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Depending on the Hospital You Might Be Dead or Not

Hospitals don’t follow the same guidelines when it comes to declaring a person brain dead

(Mirror Daily, United States) – Brain death is something disputable and it looks like depending on the hospital you might be dead or not.

Brain death literally means that the brain of a person is dead and therefore no longer functional, even if other organs and parts of the body are still viable such as the heart. Usually, if scans show no electrical activity and oxygen no longer reaches the brain, the patient is declared brain death and the family is asked to donate the patients’ organs while they’re still viable.

Of course, families are having a hard time doing so and many insist on keeping their loved ones on artificial life support hoping they will someday wake up. And it has happened several times for people to wake up after being declared brain dead.

This is why the American Academy of Neurology has issued in 2010 new guidelines for determining brain deaths in hospitals. The guidelines were created to ensure that patients are declared dead only if there is really no hope of recovery.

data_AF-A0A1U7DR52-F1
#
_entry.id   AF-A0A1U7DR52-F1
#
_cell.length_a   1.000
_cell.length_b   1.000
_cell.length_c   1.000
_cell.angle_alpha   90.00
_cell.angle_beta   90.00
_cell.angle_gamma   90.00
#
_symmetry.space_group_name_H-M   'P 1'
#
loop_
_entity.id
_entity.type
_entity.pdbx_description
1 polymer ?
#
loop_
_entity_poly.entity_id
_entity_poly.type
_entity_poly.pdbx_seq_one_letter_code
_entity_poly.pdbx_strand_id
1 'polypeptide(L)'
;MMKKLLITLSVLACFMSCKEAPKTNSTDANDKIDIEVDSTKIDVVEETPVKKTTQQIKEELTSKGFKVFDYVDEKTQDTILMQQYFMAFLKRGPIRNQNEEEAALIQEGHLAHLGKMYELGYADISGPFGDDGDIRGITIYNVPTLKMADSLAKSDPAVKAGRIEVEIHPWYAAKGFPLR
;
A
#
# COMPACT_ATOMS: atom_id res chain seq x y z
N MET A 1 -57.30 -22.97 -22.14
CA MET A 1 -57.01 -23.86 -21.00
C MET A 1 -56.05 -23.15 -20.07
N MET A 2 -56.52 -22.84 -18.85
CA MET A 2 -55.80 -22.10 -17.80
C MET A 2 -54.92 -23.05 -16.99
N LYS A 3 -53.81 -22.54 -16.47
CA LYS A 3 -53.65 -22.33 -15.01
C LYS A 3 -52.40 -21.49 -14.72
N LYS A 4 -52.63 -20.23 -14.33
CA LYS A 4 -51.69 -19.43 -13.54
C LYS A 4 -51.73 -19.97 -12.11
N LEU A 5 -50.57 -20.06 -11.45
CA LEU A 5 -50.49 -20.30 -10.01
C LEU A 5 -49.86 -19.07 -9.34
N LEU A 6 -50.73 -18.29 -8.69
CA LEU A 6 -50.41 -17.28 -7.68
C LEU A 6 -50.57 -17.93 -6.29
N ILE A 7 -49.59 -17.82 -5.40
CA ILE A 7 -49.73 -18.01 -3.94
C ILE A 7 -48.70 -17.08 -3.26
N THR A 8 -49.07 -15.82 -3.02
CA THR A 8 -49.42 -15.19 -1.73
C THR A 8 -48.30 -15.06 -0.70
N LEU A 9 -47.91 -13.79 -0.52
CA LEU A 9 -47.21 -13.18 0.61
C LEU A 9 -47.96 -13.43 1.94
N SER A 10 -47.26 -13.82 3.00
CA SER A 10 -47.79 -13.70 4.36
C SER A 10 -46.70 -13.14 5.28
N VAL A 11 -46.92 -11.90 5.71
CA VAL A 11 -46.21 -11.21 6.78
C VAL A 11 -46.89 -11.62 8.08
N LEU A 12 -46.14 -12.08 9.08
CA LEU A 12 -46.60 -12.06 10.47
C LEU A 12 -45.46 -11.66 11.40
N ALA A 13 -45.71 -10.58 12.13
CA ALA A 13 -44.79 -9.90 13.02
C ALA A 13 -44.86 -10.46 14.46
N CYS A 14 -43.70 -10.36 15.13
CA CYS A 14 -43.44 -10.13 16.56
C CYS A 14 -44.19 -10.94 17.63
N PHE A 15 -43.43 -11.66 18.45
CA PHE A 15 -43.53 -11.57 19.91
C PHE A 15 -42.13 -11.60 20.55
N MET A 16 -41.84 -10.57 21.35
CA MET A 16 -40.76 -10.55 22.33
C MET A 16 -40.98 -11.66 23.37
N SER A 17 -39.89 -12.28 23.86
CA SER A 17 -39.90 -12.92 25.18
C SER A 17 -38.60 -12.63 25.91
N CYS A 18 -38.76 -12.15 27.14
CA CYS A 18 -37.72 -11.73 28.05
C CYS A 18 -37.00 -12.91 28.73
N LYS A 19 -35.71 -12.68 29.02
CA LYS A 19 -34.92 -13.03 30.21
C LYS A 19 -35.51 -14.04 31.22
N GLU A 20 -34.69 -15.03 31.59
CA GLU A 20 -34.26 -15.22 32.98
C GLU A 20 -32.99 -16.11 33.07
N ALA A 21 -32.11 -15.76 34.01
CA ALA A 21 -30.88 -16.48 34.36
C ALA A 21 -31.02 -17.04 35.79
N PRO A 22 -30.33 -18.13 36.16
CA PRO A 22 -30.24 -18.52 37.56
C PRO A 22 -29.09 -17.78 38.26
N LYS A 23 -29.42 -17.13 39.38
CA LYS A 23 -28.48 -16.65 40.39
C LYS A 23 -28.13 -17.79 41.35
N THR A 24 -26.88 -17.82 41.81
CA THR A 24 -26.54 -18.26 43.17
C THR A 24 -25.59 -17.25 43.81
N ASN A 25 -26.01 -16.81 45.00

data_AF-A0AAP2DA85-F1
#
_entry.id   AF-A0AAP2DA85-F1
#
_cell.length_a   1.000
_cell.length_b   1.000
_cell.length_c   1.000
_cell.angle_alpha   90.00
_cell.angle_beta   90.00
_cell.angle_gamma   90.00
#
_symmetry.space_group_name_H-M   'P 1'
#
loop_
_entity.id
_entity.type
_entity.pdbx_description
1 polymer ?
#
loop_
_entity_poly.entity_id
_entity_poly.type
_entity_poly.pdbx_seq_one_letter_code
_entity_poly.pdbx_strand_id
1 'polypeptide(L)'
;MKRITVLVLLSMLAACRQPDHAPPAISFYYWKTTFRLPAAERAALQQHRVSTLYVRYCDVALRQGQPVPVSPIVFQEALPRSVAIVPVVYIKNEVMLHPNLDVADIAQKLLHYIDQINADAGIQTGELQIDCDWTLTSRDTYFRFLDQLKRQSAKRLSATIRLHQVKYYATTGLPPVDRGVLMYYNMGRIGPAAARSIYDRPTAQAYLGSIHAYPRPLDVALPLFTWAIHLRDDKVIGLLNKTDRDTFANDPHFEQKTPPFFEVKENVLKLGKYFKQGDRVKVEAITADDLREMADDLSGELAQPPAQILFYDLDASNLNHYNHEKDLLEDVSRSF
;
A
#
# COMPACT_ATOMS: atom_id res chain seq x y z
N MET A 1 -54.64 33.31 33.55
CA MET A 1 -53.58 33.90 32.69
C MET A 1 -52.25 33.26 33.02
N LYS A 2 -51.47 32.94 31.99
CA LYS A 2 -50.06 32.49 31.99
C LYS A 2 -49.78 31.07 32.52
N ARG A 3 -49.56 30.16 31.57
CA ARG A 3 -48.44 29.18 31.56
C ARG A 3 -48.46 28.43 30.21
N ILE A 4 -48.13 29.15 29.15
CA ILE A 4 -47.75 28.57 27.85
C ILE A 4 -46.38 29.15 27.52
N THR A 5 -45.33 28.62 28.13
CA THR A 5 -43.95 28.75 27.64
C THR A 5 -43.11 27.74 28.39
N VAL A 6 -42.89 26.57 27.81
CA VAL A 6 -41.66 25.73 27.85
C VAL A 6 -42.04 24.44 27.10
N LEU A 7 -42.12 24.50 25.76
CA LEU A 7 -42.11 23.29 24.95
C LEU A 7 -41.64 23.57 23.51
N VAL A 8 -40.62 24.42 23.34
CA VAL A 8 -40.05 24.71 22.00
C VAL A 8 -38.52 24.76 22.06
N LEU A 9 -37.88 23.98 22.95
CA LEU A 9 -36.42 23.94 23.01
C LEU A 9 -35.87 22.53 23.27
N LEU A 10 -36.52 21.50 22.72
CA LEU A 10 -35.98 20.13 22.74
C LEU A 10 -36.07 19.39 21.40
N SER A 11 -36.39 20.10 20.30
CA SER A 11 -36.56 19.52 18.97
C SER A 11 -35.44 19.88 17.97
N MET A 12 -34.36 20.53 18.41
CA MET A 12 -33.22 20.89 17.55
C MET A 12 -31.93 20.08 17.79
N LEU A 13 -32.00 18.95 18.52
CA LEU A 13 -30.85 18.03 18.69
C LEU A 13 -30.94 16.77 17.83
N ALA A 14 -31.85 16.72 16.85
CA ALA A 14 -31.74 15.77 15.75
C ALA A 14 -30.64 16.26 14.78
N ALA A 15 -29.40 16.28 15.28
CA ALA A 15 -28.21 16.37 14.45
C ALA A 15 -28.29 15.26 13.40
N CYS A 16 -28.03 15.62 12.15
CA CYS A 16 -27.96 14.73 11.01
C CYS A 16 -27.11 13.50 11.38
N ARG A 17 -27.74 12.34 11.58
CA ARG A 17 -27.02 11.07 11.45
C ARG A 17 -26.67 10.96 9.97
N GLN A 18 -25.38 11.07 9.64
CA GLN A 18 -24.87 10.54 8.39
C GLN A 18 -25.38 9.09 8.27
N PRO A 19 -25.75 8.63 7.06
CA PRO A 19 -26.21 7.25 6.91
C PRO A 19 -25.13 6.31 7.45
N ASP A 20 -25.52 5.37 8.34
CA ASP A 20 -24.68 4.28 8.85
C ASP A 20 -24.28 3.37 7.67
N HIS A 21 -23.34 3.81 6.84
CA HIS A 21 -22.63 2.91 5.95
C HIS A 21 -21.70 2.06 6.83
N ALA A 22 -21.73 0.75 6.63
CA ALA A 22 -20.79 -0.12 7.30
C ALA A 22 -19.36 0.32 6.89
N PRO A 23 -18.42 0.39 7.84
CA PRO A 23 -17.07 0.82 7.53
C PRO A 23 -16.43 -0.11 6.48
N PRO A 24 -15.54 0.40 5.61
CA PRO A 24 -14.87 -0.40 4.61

Unfortunately five years after the guidelines were issued a study led by Greer, a neurologist at Yale University, and published in JAMA Neurology showed that these guidelines were not adopted by all hospitals.

Greer and his team of researchers have surveyed about 500 hospitals over a period of three years. They found out that in most hospitals the presence and expertise of a neurologist or neurosurgeon was not required in order to determine whether someone was brain dead or not. Moreover, in over half of the medical facilities the person making the call is not even the patient’s attending.

Also, hypotension and hypothermia, which are low blood pressure and low body temperature, respectively should be tested for, as they can be the reason for suppressed brain function. However, most hospitals don’t test for neither of them.

The problem is also that doctors fail to double-check. After seeing no brain activity and declaring the patient brain dead, they hurry to harvest organs and fail to repeat CTs or observe if the patients has reflexes or can move or breath on their own.

In conclusion, doctors should be more careful, pay more attention and stop giving up on their patients so soon. Hopefully, the findings of the study will encourage more hospitals to take the necessary measures and follow the guidelines issued by the American Academy of Neurology which could turn out to be real life-savers.

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